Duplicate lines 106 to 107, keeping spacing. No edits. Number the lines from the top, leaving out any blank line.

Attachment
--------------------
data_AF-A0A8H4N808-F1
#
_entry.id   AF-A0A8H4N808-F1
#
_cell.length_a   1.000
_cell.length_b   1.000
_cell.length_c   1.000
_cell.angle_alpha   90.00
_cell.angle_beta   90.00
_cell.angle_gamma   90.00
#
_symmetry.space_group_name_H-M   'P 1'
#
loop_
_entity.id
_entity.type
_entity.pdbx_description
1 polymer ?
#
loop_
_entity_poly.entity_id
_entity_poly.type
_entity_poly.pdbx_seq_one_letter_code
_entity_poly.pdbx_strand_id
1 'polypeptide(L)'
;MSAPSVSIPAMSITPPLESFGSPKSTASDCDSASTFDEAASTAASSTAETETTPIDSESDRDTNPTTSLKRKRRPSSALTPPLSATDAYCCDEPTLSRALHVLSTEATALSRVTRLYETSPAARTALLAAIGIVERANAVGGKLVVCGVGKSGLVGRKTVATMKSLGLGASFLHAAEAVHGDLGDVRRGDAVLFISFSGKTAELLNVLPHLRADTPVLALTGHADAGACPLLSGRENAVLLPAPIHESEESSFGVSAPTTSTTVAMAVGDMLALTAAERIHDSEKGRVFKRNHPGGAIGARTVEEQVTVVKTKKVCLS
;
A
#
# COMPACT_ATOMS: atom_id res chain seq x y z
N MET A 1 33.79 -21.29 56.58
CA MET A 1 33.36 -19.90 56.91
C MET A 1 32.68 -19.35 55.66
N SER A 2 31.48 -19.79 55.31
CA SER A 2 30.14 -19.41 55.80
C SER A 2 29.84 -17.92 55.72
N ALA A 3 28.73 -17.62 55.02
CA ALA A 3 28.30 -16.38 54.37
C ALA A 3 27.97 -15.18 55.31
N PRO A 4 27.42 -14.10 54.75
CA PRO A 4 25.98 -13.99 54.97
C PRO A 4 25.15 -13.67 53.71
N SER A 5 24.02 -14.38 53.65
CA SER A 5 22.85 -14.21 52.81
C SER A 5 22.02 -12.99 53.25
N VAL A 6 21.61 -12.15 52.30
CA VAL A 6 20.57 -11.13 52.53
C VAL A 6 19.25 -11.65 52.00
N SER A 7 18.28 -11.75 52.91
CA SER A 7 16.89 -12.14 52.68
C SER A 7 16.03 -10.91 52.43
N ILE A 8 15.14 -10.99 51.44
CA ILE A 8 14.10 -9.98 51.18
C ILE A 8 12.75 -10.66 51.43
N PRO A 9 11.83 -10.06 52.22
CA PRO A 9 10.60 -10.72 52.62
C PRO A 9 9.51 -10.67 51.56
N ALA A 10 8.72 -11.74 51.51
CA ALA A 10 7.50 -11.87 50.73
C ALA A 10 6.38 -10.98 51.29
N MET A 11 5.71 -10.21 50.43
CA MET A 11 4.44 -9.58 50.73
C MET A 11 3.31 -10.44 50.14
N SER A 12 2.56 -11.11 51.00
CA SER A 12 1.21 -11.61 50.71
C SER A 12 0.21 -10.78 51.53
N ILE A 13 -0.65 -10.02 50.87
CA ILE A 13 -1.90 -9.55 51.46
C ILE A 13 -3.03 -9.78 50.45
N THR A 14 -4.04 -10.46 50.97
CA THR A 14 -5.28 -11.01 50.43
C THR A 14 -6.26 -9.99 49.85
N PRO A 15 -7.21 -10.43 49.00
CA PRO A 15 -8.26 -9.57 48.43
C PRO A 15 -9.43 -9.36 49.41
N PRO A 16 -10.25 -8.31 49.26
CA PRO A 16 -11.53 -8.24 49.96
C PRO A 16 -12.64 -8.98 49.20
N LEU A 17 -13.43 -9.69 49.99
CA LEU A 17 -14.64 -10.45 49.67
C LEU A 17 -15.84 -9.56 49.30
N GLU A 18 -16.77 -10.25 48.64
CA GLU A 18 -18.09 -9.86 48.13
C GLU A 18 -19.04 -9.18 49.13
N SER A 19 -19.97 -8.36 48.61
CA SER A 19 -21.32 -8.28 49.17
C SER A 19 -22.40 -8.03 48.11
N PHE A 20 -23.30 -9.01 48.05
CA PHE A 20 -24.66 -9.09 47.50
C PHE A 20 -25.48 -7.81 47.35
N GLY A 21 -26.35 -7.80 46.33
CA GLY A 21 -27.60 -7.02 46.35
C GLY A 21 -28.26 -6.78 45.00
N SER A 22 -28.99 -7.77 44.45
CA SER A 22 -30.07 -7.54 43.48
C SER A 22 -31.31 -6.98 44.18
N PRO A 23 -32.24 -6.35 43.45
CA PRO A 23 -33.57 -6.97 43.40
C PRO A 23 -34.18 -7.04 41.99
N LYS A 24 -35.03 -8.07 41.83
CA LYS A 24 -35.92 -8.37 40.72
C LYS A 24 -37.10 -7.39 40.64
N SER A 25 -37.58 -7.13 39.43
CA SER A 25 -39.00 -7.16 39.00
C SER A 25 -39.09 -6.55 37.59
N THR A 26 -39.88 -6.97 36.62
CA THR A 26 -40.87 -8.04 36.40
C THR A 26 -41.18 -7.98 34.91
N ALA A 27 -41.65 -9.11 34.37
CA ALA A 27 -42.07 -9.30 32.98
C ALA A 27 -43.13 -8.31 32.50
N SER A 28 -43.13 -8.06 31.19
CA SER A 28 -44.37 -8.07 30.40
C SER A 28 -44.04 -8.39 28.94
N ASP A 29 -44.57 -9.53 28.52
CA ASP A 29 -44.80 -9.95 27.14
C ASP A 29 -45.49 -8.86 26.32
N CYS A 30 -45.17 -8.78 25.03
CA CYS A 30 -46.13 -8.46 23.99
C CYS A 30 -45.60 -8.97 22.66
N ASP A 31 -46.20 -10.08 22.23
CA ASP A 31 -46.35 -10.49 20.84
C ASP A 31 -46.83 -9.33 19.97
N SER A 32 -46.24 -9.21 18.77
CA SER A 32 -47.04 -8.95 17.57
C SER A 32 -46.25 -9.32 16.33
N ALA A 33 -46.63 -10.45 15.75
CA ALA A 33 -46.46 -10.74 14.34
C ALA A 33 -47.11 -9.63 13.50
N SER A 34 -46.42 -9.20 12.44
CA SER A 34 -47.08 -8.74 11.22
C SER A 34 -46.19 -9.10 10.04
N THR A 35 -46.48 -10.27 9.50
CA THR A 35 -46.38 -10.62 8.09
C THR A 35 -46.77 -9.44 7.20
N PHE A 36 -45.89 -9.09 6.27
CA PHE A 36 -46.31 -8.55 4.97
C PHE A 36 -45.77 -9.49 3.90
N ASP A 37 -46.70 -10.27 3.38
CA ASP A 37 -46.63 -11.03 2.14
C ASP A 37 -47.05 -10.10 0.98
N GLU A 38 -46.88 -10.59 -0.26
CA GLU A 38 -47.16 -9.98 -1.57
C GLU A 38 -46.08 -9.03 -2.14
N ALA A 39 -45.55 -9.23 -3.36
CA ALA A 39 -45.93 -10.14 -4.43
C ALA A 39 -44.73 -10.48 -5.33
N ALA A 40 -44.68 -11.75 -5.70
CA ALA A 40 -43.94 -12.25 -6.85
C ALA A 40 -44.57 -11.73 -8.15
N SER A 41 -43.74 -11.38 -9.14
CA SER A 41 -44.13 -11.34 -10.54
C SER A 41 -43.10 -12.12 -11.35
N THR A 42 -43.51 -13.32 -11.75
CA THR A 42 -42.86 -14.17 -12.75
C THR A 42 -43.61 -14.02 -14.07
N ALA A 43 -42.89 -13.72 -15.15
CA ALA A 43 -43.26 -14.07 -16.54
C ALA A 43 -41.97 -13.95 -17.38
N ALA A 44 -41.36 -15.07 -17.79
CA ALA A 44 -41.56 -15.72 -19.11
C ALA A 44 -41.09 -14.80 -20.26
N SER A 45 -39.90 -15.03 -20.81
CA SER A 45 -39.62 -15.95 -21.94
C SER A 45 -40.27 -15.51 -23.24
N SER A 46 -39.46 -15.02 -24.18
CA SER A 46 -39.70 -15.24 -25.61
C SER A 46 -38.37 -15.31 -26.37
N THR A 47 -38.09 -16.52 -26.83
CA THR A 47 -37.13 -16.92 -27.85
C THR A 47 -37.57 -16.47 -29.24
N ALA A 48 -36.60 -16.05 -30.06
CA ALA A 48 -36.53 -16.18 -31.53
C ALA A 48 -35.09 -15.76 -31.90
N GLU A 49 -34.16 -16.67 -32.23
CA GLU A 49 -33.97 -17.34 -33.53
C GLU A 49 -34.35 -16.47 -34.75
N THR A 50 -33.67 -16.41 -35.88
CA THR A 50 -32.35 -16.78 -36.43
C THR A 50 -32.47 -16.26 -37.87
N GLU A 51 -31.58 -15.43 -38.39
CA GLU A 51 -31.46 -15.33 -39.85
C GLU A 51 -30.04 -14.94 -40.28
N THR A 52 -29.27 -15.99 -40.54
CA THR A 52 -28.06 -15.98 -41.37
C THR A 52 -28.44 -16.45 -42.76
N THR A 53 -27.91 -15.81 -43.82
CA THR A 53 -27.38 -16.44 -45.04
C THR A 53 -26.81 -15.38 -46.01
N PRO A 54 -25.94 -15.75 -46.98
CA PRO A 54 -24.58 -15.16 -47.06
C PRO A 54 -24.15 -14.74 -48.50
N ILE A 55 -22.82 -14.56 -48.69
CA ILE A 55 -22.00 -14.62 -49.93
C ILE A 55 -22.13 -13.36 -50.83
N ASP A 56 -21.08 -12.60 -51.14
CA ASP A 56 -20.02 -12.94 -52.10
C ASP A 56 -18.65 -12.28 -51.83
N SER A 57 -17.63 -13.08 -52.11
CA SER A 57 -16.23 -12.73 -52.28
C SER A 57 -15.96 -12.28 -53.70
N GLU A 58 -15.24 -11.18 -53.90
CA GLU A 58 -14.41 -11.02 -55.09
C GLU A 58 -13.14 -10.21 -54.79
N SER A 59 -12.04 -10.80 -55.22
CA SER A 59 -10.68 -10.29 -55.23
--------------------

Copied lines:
N THR A 26 -39.88 -6.97 36.62
CA THR A 26 -40.87 -8.04 36.40